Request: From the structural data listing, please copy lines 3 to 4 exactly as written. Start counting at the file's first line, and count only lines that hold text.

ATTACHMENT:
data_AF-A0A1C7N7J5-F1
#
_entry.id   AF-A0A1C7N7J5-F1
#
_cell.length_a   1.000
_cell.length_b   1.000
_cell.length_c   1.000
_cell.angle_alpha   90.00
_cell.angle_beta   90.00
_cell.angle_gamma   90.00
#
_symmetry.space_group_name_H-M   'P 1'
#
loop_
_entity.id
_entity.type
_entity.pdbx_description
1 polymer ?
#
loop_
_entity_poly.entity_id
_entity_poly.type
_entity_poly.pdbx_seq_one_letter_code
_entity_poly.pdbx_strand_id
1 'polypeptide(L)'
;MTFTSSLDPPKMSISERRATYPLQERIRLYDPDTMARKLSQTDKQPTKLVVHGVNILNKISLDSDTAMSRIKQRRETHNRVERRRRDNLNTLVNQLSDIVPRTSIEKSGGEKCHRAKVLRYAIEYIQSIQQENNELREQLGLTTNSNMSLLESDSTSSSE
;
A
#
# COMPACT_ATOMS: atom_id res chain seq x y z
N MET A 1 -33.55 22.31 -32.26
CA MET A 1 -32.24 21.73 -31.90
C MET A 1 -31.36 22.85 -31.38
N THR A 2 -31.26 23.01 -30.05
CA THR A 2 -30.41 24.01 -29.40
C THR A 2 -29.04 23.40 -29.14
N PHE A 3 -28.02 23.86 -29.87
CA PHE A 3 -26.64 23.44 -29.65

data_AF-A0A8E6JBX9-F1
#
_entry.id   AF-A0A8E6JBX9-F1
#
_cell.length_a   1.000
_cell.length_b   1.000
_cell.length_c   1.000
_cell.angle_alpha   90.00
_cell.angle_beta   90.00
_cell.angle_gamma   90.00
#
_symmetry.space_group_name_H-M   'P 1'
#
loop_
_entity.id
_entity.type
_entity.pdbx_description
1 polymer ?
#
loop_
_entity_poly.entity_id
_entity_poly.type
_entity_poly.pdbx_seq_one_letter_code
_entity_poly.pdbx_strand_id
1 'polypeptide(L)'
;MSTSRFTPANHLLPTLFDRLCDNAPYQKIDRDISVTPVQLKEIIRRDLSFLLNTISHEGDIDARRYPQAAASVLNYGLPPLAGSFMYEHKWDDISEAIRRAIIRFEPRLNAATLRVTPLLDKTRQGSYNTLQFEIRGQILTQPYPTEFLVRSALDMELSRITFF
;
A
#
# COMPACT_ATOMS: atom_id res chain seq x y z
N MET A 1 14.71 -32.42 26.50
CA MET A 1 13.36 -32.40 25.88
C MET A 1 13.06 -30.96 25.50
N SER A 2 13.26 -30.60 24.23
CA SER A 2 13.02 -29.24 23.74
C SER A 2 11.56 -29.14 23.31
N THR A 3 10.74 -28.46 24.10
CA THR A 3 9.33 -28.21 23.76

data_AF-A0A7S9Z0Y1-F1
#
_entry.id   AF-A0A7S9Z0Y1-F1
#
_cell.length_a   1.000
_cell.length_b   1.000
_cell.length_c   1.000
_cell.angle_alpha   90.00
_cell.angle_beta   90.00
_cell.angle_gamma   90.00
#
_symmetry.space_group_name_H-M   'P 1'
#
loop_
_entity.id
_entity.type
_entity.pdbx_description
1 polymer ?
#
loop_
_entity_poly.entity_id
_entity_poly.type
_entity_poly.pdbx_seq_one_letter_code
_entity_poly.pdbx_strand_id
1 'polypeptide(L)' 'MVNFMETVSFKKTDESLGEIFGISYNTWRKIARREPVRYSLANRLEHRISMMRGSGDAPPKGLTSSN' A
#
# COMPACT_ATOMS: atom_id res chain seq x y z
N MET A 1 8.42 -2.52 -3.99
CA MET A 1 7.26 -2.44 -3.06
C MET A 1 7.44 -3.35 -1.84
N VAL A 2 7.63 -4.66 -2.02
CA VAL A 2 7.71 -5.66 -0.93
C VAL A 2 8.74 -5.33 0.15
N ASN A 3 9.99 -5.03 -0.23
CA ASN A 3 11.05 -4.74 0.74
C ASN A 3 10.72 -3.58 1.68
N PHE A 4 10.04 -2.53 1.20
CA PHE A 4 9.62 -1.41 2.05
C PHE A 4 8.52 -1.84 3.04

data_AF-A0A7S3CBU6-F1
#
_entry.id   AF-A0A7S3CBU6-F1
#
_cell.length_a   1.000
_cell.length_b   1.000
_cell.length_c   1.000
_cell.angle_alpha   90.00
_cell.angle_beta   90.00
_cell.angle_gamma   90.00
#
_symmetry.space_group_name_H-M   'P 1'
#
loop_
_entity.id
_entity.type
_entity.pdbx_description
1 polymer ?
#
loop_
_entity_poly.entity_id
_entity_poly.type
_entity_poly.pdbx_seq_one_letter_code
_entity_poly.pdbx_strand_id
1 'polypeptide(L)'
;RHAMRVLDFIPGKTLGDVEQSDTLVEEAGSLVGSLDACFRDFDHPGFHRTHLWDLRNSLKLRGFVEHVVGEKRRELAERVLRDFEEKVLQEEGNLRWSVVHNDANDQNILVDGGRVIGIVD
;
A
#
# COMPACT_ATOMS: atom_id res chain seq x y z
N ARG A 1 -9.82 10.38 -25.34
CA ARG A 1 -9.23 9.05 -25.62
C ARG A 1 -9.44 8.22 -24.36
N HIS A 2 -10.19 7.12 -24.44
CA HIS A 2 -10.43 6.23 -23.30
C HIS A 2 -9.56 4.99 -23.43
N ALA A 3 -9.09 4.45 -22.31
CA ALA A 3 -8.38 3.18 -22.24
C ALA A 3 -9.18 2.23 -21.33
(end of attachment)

_entry.id   AF-A0A1C7N7J5-F1
#